Chas' Compilation

A compilation of information and links regarding assorted subjects: politics, religion, science, computers, health, movies, music... essentially whatever I'm reading about, working on or experiencing in life.

Saturday, May 10, 2008

Hand Crank Radio: the Kaito KA009R

For some time I've wanted to get one of those emergency radios that have a hand crank to charge an internal battery, in case we ever have an extended power outage, or just to use in the yard. But which one to buy?

I had seen a selection at Radio Shack, but none of their crank radios offered shortwave. I wanted one that offered AM/FM, shortwave and NOAA (weather) channels, so I looked on-line at Amazon.com. There, I found this:


Kaito KA009R 4-Way Powered Emergency Crank Radio
Product Description
Stay prepared and informed with the KA009R from KAITO. If the power goes out and batteries aren't available, the KA009 can function for up to an hour with only two minutes of hand cranking or an hour's exposure under direct sunlight Its built-in generator means that even in the most desperate situations, you'll still have access to local news and information--as well as to news from around the world.

This radio is a newly released and improved version of Kaito's widely acclaimed emergency radio KA009, it has all the nice features that a KA009 can offer, plus it comes with six different adapters for charging cell phones, so you can use the radio to power up your cell phone to make important phone calls when the battery is out.

The unit's 10-band tuning receives AM, FM, SW 1-4, TV 1/2, weather and aviation stations. AM:525 ------1700KHz; FM:88 ------108 MHz; WEATHER Band: 162.40 - 162.55 MHz; TV1:Channel 2 - 6; TV2:Channel 7- 13; Air Band (Aviation): 118 - 137 MHz; 4 Continuous short wave 4.00 to 26MHz (Covers most of the world stations). Accessories include AC/DC adapter, cell l phone charging adapters, Earphones, Soft Antenna included and User manual.

It's the latest model in the KAxxx series, which have generally gotten pretty good reviews on Amazon.com. And not only does it get the channels I wanted, it also offers a solar panel on the back:


So even if the crank breaks or the internal rechargeable battery dies, I can still run the radio in bright sunlight. It can also take regular batteries and comes with an AC power cord too, so there are plenty of options to use. The AC cord recharges the internal battery, so you only need the hand crank for power outages. It also comes with a selection of cell-phone adapters, so you can use the crank to recharge your self phone.

The tuning is pretty good, the small speaker is remarkably good for it's size. I would have preferred more fine tuning controls for the shortwave bands, but even so, it pulls in shortwave stations better than my old dedicated shortwave radio that has fancier tuning controls. I'm impressed.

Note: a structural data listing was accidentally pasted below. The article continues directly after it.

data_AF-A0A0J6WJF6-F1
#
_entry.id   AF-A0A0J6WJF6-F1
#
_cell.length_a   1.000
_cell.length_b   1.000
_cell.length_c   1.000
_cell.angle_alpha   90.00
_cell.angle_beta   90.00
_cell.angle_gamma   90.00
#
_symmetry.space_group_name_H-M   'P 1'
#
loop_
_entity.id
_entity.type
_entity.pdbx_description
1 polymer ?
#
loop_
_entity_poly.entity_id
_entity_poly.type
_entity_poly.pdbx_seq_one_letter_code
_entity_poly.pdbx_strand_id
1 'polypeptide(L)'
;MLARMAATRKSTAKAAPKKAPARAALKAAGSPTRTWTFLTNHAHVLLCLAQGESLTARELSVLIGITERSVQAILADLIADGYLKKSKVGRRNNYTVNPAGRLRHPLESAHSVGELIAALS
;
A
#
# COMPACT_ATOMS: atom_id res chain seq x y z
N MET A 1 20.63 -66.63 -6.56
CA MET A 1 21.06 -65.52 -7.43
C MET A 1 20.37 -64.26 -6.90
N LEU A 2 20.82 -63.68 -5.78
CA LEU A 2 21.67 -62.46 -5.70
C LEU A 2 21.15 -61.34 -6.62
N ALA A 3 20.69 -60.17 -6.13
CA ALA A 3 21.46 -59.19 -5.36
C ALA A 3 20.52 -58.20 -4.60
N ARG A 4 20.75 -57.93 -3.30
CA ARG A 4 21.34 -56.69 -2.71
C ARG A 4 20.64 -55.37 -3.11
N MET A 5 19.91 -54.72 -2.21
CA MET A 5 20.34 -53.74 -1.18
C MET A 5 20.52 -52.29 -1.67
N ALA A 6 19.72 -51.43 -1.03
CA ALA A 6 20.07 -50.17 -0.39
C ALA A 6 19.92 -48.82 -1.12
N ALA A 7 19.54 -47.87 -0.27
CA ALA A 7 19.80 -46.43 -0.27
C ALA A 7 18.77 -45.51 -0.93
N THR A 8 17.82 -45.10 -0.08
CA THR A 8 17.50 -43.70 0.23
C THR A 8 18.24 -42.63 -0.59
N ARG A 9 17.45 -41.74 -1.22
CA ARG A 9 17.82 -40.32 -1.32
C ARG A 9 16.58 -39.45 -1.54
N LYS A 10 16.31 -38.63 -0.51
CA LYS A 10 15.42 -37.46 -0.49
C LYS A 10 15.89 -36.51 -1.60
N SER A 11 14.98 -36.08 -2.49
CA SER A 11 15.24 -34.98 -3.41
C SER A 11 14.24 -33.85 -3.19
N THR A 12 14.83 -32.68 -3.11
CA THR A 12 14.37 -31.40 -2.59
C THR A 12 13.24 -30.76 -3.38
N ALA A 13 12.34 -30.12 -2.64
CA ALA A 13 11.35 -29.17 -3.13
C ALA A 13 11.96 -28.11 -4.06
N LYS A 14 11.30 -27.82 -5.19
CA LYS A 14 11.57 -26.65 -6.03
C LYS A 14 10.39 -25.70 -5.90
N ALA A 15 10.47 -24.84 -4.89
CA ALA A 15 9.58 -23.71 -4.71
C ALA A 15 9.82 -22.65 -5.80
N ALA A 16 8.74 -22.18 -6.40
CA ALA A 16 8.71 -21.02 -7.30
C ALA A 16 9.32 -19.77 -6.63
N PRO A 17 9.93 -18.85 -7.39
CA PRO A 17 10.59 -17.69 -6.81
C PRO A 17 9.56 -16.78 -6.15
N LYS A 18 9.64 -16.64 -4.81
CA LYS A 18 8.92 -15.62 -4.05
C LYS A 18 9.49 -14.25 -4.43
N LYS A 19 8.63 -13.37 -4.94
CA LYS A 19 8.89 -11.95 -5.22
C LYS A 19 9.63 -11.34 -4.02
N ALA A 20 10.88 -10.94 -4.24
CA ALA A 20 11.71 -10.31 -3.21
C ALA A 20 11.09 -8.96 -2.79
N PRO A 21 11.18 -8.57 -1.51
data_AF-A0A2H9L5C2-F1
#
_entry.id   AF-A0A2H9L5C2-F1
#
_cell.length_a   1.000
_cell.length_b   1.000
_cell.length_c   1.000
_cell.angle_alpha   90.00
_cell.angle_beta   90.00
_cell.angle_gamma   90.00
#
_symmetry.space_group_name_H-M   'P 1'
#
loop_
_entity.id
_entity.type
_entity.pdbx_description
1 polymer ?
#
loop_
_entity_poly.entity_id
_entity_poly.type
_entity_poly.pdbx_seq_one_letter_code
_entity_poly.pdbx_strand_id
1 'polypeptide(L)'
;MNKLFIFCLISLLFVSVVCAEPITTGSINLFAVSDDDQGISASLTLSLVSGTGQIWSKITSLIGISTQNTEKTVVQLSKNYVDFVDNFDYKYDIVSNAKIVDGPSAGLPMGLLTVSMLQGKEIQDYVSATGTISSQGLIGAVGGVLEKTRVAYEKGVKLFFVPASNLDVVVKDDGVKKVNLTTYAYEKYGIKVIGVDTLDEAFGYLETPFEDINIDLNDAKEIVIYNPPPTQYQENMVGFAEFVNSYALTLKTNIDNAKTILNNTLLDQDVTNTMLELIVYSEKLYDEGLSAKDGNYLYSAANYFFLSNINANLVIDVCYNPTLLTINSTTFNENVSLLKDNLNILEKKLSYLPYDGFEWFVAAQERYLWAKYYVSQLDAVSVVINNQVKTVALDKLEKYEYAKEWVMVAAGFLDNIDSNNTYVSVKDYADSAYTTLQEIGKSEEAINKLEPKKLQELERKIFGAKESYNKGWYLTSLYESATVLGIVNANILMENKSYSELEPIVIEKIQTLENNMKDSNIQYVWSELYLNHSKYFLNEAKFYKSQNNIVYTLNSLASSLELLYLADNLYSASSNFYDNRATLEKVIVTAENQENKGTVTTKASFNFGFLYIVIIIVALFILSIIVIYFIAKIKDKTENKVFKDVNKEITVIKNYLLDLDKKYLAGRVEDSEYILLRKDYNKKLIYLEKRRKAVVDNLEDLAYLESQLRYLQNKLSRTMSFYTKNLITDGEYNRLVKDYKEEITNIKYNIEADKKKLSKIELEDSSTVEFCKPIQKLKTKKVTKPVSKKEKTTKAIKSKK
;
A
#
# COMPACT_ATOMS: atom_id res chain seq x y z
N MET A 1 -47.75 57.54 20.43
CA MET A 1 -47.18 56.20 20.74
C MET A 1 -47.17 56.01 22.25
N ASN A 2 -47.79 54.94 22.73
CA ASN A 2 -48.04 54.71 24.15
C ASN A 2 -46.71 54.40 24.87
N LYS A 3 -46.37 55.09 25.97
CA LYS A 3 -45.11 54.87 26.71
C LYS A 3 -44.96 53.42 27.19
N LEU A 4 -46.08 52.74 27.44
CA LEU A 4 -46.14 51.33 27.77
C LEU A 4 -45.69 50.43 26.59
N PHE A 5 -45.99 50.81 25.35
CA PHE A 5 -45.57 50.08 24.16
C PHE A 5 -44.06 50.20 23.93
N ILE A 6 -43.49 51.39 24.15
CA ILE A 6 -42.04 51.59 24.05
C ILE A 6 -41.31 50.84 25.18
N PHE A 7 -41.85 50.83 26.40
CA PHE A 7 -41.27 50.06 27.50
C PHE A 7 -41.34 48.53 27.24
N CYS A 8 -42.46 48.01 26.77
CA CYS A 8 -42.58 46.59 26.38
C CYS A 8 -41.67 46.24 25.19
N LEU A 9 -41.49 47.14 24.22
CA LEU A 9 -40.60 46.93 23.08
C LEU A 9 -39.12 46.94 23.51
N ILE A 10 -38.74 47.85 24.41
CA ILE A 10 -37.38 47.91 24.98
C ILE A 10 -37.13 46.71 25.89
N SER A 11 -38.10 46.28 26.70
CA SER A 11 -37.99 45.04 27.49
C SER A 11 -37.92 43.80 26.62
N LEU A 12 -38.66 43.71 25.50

The price is also a bit cheaper than most of the others in it's class, yet it has more options. In my opinion, this one's a keeper.

No crank radio is going to sound as good as a more expensive portable stereo boom box. I think this radio is good, for what it is. If it's high fidelity you want, then you probably want something other than an emergency crank radio. I chose this one after reading many reviews of many different crank radios. Your experience may vary, depending on what radio reception is like in your area, and what your expectations are. Amazon has lots of buyer reviews to guide you. If you don't like this one, check out the others.

UPDATE, 02-02-09: I've been using the Kaito for a while now, as a portable to listen to when I'm doing work in the yard. I've noticed that the AM stations often bleed into each other, and can drift out of tune. FM fairs a bit better. The TV bands are about to become obsolete on the 17th, but that isn't the radio's fault.

One thing I don't like about this radio, is that there is no fine tuning knob. The battery and solar panel work fine. SW is always kind of scratchy, but it seems that every emergency crank radio I've read about says the same thing about the SW frequencies.

I've recently ordered another radio, the Eton FR250 Emergency Crank Radio. It has no solar panel, but it does have a fine tuning control. I will post a comparison of the two radios after I have used them both for a while.


Reviews from Amazon.com:
Kaito KA009R 4-Way Powered Emergency Crank Radio

Reviews from Amazon.com, for the older but similar model:
Kaito KA009 4-Way Powered Emergency Radio, Color Black

Browse an assortment of Emergency crank radios:
Amazon.com search: "Emergency crank radio"

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3 Comments:

At Sun May 11, 01:16:00 PM 2008, Blogger Walker said...

I've thought about getting one of those myself (feeling slightly guilty about what I suspect are survivalist tendencies), BUT, I'm thinking, if I can't get batteries and I can't get electricity, I'm wondering who will be able to broadcast.

Short wave would be better or us parttime survivalists, I think!

 
At Mon May 12, 10:07:00 AM 2008, Blogger Chas said...

Shortwave does have the advantage of letting you know what's happening, if for some reason all your local stations are rendered inoperable.

Parttime survivalists! LOL! I think I might be guilty of that too. I confess that I actually bought a sturdy metal box for $2.00 at a garage sale, thinking it would make a great Faraday Box to store my Radio in. That's what comes from reading up on EMP bombs, and watching too many episodes of "Jericho". ;-)

 
At Thu May 15, 04:59:00 PM 2008, Blogger Walker said...

Okay I had to look up that Faraday thing but now that I know about it I'm thinking I better look around at some garage sales...

 

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